Charging infrastructure is a key component to expanding electric mobility around the world, but how do you make charging easier in areas where space is a premium? Volkswagen has an idea.
The Volkswagen Group Components has developed a prototype of a mobile charging robot. Its task is fully autonomous charging of vehicles in restricted parking areas, like underground garages.
“A ubiquitous charging infrastructure is, and remains, a key factor in the success of electric mobility. Our charging robot is just one of several approaches, but is undoubtedly one of the most visionary,” said Thomas Schmall, CEO of Volkswagen Group Components.
The charging robot — started via an app or Car-to-X communication — steers to the vehicle to be charged and communicates with it: from opening the charging socket flap to connecting the plug and decoupling it. The entire process takes place without human involvement. To charge several vehicles at a time, the mobile robot moves a mobile energy storage unit to the vehicle, connects it and then uses the energy storage unit to charge the vehicle before repeating the process with other vehicles. Once the vehicles are fully charged, the robot independently collects the mobile energy storage unit and takes it back to the central charging station.
“Setting up an efficient charging infrastructure for the future is a central task that challenges the entire sector,” said Schmall. “We are developing solutions to help avoid costly stand-alone measures. The mobile charging robot and our flexible quick-charging station are just two of these solutions.”
The flexible quick-charging station will be launched onto the market in early 2021. Now that the mobile charging robot has successfully reached the prototype phase, it will be further developed. One key component for market maturity is the Car-to-X communication to facilitate the autonomous charging process.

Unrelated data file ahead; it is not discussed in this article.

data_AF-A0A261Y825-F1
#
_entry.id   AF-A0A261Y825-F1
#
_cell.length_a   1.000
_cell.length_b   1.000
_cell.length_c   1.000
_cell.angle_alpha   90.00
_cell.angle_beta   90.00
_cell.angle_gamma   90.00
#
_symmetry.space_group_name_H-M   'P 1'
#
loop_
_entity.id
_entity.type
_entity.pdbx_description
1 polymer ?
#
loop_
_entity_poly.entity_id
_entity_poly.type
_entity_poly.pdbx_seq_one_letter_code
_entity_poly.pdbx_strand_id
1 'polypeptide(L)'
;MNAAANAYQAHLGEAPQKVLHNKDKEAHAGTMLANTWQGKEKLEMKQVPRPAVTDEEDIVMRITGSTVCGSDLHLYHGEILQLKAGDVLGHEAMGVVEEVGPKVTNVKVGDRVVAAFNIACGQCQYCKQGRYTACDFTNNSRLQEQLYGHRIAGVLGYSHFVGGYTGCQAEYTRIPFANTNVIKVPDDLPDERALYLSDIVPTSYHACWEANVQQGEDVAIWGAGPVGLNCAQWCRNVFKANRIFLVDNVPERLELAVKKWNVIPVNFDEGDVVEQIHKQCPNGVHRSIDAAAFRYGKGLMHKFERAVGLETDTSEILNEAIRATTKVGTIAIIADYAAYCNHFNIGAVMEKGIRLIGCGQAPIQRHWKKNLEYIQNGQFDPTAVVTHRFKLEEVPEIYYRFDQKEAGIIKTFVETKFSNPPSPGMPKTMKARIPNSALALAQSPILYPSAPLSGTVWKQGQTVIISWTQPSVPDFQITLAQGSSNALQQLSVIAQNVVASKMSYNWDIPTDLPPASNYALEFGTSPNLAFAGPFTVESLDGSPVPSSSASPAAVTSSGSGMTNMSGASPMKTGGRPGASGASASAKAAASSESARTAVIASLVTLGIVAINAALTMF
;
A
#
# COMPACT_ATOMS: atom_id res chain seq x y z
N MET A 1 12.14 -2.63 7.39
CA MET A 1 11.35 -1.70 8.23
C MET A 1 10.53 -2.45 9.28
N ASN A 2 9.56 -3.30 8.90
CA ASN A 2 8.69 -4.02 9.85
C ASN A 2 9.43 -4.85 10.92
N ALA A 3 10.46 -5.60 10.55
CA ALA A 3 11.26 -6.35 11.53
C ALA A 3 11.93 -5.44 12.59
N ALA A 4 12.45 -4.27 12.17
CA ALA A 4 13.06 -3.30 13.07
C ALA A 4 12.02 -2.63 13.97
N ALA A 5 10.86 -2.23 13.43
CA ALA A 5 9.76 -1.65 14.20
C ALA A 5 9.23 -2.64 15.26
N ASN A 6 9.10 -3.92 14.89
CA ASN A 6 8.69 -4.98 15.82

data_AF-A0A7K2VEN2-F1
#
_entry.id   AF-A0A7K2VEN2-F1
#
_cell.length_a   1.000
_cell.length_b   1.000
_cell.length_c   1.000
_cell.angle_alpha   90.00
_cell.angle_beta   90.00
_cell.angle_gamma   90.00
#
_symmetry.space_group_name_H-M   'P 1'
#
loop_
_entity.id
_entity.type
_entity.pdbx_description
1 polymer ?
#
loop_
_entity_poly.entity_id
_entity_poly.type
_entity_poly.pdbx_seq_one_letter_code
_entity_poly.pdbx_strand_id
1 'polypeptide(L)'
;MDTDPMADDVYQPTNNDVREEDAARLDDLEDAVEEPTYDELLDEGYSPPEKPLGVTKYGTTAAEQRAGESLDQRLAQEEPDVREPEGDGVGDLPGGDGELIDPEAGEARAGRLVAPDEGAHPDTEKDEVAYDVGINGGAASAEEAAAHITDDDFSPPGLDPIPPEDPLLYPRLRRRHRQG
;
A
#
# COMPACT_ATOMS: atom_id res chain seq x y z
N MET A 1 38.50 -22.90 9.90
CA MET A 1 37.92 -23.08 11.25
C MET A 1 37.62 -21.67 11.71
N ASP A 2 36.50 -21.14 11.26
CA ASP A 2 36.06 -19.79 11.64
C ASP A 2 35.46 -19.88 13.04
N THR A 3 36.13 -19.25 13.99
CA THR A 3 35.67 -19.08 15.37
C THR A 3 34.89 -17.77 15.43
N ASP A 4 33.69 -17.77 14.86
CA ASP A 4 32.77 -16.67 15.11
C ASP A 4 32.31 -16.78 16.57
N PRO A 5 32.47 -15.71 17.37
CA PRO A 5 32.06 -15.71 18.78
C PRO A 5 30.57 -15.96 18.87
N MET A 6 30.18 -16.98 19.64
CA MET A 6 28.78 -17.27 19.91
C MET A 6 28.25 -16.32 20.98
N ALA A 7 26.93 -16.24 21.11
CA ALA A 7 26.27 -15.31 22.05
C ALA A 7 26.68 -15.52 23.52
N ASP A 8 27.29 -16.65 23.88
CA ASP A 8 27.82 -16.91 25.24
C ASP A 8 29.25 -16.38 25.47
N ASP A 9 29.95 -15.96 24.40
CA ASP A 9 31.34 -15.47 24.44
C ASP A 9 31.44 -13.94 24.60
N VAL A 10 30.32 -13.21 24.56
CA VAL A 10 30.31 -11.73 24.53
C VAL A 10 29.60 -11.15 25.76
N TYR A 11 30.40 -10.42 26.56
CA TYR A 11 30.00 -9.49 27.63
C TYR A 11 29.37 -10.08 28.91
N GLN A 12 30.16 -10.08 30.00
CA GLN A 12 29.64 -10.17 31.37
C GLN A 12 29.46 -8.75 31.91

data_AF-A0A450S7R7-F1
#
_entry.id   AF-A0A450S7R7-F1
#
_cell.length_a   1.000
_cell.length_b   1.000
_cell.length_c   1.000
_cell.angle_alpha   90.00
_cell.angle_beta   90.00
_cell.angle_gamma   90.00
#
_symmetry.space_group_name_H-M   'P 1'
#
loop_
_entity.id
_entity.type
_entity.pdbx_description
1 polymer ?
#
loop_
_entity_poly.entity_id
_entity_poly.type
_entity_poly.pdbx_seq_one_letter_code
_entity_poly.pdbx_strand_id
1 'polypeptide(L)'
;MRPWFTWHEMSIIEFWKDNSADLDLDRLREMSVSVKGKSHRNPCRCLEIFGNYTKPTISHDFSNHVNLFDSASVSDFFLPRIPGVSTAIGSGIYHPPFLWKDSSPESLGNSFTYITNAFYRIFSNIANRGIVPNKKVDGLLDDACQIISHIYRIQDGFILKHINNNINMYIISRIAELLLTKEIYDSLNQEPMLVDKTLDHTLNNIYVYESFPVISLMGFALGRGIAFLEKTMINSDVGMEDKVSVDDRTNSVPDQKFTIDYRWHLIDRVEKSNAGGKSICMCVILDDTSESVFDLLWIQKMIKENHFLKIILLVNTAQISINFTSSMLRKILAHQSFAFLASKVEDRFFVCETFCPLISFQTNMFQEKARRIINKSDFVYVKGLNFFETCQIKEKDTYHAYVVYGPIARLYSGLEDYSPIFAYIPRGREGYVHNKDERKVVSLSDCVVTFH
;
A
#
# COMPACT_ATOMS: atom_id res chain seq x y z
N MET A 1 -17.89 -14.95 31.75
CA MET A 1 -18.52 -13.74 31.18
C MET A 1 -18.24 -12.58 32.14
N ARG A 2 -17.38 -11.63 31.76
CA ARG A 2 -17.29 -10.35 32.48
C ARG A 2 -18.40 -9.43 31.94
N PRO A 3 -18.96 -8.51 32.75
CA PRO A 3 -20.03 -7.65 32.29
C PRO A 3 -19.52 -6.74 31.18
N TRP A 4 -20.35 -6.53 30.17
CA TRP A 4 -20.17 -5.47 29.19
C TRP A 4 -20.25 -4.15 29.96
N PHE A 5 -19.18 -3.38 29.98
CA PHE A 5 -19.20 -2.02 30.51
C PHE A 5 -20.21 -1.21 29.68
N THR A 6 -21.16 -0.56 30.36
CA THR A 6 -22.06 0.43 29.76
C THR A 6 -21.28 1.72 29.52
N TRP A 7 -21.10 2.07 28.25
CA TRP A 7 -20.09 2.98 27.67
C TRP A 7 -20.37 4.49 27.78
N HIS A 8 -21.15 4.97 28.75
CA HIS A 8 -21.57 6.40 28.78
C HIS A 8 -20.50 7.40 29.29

The Volkswagen Group Components will be responsible for all charging activities and systems in the future, with the goal of integrating the charging robot into an overall concept that focuses on the long-term success of electric mobility.
“Our developments do not just focus on customers’ needs and the technical prerequisites of electric vehicles,” said Schmall. “They also consider the economic possibilities they offer potential partners.” For instance, the electric charging robot could enable operators of parking structures to quickly and simply “electrify” every parking space by utilizing the mobile charging robot. This would reduce any construction work needed and the potential cost factor to the operator.
Volkswagen of America, headquartered in Virginia, has its manufacturing facility in Chattanooga, Tennessee, but also includes operations in research and development, parts and vehicle processing, parts distribution centers, sales, marketing and service offices, and financial service centers.
In mid-November, Volkswagen of America broke ground on the Battery Engineering Lab at its Chattanooga Engineering and Planning Center, a $22 million facility that will test and validate electric vehicle cells and battery packs for the North American region. This goes along with a 564,000-square-foot electric vehicle production expansion and a 198,000-square-foot battery pack assembly facility, all located in Chattanooga. The Chattanooga vehicle manufacturing plant will begin producing the Volkswagen ID.4 all-electric SUV in 2022.